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Issue 60 - Winter Party Food

Scotland Magazine Issue 60
December 2011


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Winter Party Food

Sue Lawrence gives us some recipes to keep your guests happy.

During the winter months, there are many occasions for big parties. And though drinks parties have their place, sometimes it is nice to feed your guests more substantial fare, either from a buffet table or sit-down if you have room for more than the usual six or eight round your table.

When you are feeding a crowd, I would do away with formal starters. Instead, just prepare some delicious canapés that can be handed round as people enjoy a welcome drink. Then serve some sort of casserole as this can be served with bread, mashed potatoes or a massive dish of potato dauphinoise. A Moroccan style tagine is ideal, flavoured with gentle spices and dried apricots, honey and saffron. A hearty curry is also good, made with beef, chicken or lamb and served with basmati rice.

But a classic stew of venison, lamb, pork or beef is my choice for big parties as everyone likes them.

And since they are not usually wither too spicy or hot, even the fussy kids will tuck in. Serve with big green salads that only require last minute tossing.

As for dessert, something comforting and delicious such as a big fruit crumble, steamed pudding or boozy trifle are good. Or a huge apple pie , served in high wedges and with a dollop of cinnamon spiked crème fraiche.

If this is a party for family or close friends, there’s every chance you will have offers of “Can I bring a pudding?”. If so, never refuse anything to make life easier.

Beef and Porcini Casserole

4 garlic cloves, peeled, whole
4 stalks of rosemary 50ml /2 fl oz olive oil + extra
350ml / 12 fl oz port
1kg / 2 lb 4 oz braising steak, cubed
50g / 1¾oz dried porcini mushrooms
250g / 9 oz pancetta cubed
1 onion, peeled, chopped
2 large carrots diced
2 stalks celery diced
2 rounded tbsp flour
350ml / 12 fl oz beef stock
350g / 12 oz chestnut mushrooms, thickly sliced

In a large bowl, mix the garlic, rosemary and little black pepper (no salt) stir in the oil and 50ml / 2 fl oz port. Toss in the beef, mix everything together well, cover and marinade the beef overnight in the fridge.

The next day, soak the porcini in hot water, just enough to cover.

Leave for 20 minutes or so. Remove the beef and marinade from the fridge. Remove and discard the garlic ; remove and retain the rosemary for now.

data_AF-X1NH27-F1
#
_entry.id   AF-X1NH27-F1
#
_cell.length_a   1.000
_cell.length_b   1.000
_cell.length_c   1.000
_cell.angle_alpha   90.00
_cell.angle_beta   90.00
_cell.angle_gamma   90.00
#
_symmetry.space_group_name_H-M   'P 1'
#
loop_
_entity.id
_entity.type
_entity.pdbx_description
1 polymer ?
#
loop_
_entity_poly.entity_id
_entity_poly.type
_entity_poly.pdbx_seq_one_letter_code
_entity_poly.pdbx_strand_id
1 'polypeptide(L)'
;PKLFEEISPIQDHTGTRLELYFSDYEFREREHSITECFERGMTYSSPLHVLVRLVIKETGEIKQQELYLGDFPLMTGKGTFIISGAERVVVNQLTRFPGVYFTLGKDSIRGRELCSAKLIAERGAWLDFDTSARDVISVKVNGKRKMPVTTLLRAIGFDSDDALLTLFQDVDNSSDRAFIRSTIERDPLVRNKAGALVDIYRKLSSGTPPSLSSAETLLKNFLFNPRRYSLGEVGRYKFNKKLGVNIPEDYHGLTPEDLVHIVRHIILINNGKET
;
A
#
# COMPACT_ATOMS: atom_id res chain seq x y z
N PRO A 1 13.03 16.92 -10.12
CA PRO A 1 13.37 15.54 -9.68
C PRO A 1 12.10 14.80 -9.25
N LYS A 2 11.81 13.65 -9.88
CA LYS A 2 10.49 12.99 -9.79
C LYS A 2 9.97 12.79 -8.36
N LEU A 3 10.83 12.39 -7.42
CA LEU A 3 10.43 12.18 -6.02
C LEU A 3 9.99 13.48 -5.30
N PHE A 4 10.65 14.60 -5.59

Heat a large casserole over the heat and add a smear of oil. Brown the beef - in batches - then remove from the pan and add the pancetta and the vegetables. Cook for 10 minutes then add the flour, cook for a couple of minutes, stirring.

Return the beef and rosemary to the pan with the stock, remaining port, porcini plus their liquid (about 150 m / 5 fl oz) and bring to boil. Add salt and some more black pepper.

Cover and place in a preheated oven (150C / 300F / Gas2) for 1 hour then remove, add the fresh mushrooms, stir then cook for a further hour then check seasoning and serve with mashed potatoes or potatoes dauphinoise and a decent green salad.

Big Apple Pie

350g / 12 oz plain flour
50g / 1¾ oz caster sugar
225g / 8 oz butter, diced
1 medium free-range egg
1 medium free-range egg yolk ( retain white for glaze)

2.5 kg / 5 lb 8 oz bramley cooking apples
250g / 9 oz caster sugar
1 teaspoon ground cinnamon
the grated zest of 1 lemon
3 dessertspoons plain flour

For the pastry, make by hand by softening the butter and cream with the caster sugar then beating in the egg and egg yolk then mixing in flour. (Or in a food processor by whizzing the flour, sugar and butter then the eggs while the machine is running.) Bind with your hands.

Wrap in cling film and chill in fridge for about 45 minutes.

Meanwhile, core and peel apples and slice. Lay the slices out on 2 – 3 large trays lined with kitchen paper.

Leave the apples for about 45 minutes: they will go brown so don’t panic. This dries them out and intensifies the flavour.

Roll out the pastry and line your buttered, deep 23cm cake tin – base and sides.

Roll out the rest for the lid.

Put the sugar, cinnamon, lemon zest and flour in a bowl and mix. Blot the apples dry with kitchen paper and tip into the bowl. Mixing everything thoroughly. Tip into the pastry-lined tin, squashing down the apples. Don’t worry, they will all go in, if a little bulgy!

Dampen the edges of the pastry in the tin with water.

Top with the pastry lid and press the edges together, trimming off any extra pastry.

Whisk the egg white lightly with a fork then brush over top. Sprinkle with caster sugar. Put two slits in the top and place in a preheated oven (180C / 350F / Gas 4) for about an hour, covering loosely with foil after half an hour or so to prevent the top burning.

Chipolatas with Lea and Perrins Glaze

olive oil
16 - 20 quality chipolata sausages
1 clove garlic, peeled, crushed
1 sprig fresh thyme
1 tbsp soy sauce
1 tbsp Lea and Perrins
few shakes of Tabasco sauce

Add a few drops olive oil to a good non stick pan and heat gently. Fry the chipolatas in the oil slowly so that they are cooked through.

Remove them from the pan and drain on kitchen paper.

Place the chipolatas back in the pan and add the other ingredients. Cook over a low heat so the liquid reduces slowly as this imparts more flavour.

When the liquid is syrupy and the chipolatas are coated in the glaze, they are ready to serve.


We have three signed copies of Sue’s new book to give away. Simply answer this question: What are the traditional three ingredients for Cullen Skink?

Answers to:
Eating IN, Scotland Magazine, St Faith’s House, Mountergate, Norwich, Norfolk, NR11PY, UK.
Competition closes on Feb 1st 2012